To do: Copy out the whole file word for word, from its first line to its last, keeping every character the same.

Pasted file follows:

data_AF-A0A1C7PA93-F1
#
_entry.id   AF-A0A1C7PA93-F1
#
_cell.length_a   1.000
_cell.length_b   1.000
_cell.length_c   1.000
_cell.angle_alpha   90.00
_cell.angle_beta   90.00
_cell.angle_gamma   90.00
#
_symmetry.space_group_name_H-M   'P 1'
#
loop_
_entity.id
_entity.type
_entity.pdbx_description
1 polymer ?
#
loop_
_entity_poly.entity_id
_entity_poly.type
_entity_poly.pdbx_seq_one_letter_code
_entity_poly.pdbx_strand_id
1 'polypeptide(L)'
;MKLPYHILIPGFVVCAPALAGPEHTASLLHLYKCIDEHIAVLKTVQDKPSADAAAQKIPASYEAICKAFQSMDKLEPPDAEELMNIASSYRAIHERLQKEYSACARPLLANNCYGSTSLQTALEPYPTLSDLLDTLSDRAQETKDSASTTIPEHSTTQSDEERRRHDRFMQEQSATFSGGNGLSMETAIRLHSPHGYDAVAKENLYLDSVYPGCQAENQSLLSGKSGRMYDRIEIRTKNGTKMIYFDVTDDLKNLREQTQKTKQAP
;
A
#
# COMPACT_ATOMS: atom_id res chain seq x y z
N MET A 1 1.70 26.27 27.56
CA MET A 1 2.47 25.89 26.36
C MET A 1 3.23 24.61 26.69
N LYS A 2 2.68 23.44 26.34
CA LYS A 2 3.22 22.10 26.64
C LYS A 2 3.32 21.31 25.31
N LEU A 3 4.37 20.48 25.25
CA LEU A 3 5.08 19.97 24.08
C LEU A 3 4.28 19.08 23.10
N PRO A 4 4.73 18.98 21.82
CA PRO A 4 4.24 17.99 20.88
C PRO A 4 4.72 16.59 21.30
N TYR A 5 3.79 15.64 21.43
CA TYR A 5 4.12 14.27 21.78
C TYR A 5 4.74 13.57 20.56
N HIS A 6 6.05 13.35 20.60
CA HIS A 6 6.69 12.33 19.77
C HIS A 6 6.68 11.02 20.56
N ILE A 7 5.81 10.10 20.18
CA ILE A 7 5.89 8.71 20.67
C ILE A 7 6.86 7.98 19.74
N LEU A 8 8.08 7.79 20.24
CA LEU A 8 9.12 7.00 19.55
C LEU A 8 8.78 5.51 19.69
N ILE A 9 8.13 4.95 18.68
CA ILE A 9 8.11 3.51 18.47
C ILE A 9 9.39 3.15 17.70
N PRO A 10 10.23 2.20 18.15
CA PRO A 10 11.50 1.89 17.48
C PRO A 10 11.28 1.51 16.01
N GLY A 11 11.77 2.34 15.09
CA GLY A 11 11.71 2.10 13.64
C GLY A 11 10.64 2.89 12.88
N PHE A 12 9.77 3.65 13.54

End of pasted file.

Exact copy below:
data_AF-A0A1C7PA93-F1
#
_entry.id   AF-A0A1C7PA93-F1
#
_cell.length_a   1.000
_cell.length_b   1.000
_cell.length_c   1.000
_cell.angle_alpha   90.00
_cell.angle_beta   90.00
_cell.angle_gamma   90.00
#
_symmetry.space_group_name_H-M   'P 1'
#
loop_
_entity.id
_entity.type
_entity.pdbx_description
1 polymer ?
#
loop_
_entity_poly.entity_id
_entity_poly.type
_entity_poly.pdbx_seq_one_letter_code
_entity_poly.pdbx_strand_id
1 'polypeptide(L)'
;MKLPYHILIPGFVVCAPALAGPEHTASLLHLYKCIDEHIAVLKTVQDKPSADAAAQKIPASYEAICKAFQSMDKLEPPDAEELMNIASSYRAIHERLQKEYSACARPLLANNCYGSTSLQTALEPYPTLSDLLDTLSDRAQETKDSASTTIPEHSTTQSDEERRRHDRFMQEQSATFSGGNGLSMETAIRLHSPHGYDAVAKENLYLDSVYPGCQAENQSLLSGKSGRMYDRIEIRTKNGTKMIYFDVTDDLKNLREQTQKTKQAP
;
A
#
# COMPACT_ATOMS: atom_id res chain seq x y z
N MET A 1 1.70 26.27 27.56
CA MET A 1 2.47 25.89 26.36
C MET A 1 3.23 24.61 26.69
N LYS A 2 2.68 23.44 26.34
CA LYS A 2 3.22 22.10 26.64
C LYS A 2 3.32 21.31 25.31
N LEU A 3 4.37 20.48 25.25
CA LEU A 3 5.08 19.97 24.08
C LEU A 3 4.28 19.08 23.10
N PRO A 4 4.73 18.98 21.82
CA PRO A 4 4.24 17.99 20.88
C PRO A 4 4.72 16.59 21.30
N TYR A 5 3.79 15.64 21.43
CA TYR A 5 4.12 14.27 21.78
C TYR A 5 4.74 13.57 20.56
N HIS A 6 6.05 13.35 20.60
CA HIS A 6 6.69 12.33 19.77
C HIS A 6 6.68 11.02 20.56
N ILE A 7 5.81 10.10 20.18
CA ILE A 7 5.89 8.71 20.67
C ILE A 7 6.86 7.98 19.74
N LEU A 8 8.08 7.79 20.24
CA LEU A 8 9.12 7.00 19.55
C LEU A 8 8.78 5.51 19.69
N ILE A 9 8.13 4.95 18.68
CA ILE A 9 8.11 3.51 18.47
C ILE A 9 9.39 3.15 17.70
N PRO A 10 10.23 2.20 18.15
CA PRO A 10 11.50 1.89 17.48
C PRO A 10 11.28 1.51 16.01
N GLY A 11 11.77 2.34 15.09
CA GLY A 11 11.71 2.10 13.64
C GLY A 11 10.64 2.89 12.88
N PHE A 12 9.77 3.65 13.54